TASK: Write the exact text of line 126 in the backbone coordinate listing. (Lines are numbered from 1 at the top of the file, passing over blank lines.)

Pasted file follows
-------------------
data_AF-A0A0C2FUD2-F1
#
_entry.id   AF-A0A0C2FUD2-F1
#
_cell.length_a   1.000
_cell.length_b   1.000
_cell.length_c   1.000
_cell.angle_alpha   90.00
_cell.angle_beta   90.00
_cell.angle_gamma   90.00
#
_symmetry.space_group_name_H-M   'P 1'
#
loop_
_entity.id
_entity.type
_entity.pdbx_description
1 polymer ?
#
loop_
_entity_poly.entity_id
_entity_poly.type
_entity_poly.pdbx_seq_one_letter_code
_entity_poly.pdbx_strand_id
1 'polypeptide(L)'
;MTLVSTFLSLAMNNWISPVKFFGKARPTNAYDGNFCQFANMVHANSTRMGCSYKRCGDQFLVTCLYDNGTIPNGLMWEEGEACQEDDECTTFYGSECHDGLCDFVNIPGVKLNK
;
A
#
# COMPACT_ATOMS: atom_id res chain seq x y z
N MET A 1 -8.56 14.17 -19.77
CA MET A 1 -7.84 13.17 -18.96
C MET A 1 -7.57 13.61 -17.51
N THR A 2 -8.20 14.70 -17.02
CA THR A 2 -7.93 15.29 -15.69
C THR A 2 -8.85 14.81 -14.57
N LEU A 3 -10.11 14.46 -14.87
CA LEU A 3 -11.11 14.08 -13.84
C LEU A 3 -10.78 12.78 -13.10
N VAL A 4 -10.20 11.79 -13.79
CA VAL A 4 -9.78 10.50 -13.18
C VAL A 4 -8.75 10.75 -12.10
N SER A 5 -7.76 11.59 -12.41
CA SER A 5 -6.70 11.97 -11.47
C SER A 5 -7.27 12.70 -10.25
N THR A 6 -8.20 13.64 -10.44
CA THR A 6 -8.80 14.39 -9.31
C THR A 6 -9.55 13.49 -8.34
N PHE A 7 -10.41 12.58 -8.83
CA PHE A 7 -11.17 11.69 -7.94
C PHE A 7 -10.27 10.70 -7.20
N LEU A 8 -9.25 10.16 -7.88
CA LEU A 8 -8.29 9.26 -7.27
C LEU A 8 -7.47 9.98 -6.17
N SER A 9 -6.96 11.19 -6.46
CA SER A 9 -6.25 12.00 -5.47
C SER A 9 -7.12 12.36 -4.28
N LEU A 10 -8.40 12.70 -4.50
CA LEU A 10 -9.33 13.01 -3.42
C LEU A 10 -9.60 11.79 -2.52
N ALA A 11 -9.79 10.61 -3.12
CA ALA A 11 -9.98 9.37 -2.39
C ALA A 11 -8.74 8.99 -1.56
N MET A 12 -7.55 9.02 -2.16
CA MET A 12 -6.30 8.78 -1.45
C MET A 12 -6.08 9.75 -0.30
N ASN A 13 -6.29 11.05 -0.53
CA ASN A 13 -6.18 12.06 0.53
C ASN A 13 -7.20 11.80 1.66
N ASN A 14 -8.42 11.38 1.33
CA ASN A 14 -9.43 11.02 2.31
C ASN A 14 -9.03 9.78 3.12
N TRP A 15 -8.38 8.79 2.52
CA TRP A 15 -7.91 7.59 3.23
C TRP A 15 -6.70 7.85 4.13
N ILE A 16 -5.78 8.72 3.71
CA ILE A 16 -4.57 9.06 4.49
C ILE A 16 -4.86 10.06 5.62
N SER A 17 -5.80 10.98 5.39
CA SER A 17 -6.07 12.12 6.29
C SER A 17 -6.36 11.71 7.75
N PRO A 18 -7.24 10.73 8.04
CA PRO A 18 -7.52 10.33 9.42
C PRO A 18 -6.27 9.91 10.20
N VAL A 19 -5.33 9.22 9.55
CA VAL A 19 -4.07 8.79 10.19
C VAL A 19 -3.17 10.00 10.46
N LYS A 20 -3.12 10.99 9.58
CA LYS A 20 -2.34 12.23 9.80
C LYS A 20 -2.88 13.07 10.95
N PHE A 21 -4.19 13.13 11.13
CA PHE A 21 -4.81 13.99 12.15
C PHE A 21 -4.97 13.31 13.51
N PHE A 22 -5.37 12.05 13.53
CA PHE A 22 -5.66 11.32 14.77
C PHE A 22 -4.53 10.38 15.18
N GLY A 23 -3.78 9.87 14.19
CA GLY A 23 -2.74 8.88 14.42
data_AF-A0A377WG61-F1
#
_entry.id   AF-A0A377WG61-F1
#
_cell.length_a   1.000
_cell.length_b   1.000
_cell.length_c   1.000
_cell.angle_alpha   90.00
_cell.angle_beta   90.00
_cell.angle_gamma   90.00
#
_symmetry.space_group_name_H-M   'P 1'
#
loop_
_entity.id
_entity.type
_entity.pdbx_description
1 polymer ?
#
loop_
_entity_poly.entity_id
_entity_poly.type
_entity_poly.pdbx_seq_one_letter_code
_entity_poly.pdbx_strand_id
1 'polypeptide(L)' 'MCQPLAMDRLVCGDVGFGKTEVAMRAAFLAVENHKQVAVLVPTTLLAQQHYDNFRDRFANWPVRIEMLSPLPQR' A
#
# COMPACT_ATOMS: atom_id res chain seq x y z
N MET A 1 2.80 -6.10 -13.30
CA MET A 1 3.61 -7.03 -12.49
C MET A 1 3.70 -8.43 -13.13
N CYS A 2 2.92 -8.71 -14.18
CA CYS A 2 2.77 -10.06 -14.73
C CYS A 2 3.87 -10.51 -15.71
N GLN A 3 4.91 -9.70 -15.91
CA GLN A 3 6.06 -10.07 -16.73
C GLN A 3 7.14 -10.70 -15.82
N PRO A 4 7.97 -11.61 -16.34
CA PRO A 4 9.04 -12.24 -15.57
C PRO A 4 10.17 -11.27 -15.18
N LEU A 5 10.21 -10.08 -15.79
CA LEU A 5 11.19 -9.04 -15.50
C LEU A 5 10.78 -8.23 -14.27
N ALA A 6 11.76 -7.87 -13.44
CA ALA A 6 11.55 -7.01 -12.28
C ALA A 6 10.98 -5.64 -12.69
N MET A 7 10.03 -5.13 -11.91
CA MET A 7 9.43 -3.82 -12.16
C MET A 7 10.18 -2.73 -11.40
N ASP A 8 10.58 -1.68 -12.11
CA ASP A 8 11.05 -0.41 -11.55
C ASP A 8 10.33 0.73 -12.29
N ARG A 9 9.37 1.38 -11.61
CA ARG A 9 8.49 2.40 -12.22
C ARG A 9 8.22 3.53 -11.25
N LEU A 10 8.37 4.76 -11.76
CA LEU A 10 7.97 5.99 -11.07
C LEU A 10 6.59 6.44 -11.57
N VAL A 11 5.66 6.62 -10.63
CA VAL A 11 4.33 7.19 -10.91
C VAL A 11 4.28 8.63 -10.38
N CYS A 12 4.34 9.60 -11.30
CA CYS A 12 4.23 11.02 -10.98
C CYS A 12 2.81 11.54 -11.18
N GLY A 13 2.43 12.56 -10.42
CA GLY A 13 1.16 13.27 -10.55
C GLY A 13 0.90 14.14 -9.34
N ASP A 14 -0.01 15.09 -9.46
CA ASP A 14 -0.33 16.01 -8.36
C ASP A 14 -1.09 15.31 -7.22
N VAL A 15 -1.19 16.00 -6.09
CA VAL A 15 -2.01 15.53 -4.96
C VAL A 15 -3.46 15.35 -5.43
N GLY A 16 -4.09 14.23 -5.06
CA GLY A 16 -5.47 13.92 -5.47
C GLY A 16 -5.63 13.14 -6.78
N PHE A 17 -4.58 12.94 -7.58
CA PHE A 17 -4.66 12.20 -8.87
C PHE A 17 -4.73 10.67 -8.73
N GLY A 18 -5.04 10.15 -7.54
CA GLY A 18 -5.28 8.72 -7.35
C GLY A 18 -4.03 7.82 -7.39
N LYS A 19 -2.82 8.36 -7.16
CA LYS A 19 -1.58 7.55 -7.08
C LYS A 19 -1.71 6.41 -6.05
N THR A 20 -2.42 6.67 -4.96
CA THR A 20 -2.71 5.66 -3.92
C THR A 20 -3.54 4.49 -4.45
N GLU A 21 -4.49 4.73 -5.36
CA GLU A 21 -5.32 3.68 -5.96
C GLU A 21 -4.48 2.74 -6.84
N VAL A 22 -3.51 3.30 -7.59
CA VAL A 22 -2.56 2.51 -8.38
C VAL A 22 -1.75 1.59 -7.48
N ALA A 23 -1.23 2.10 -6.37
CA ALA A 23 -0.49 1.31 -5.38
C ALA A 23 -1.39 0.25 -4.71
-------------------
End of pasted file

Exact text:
N MET A 1 2.80 -6.10 -13.30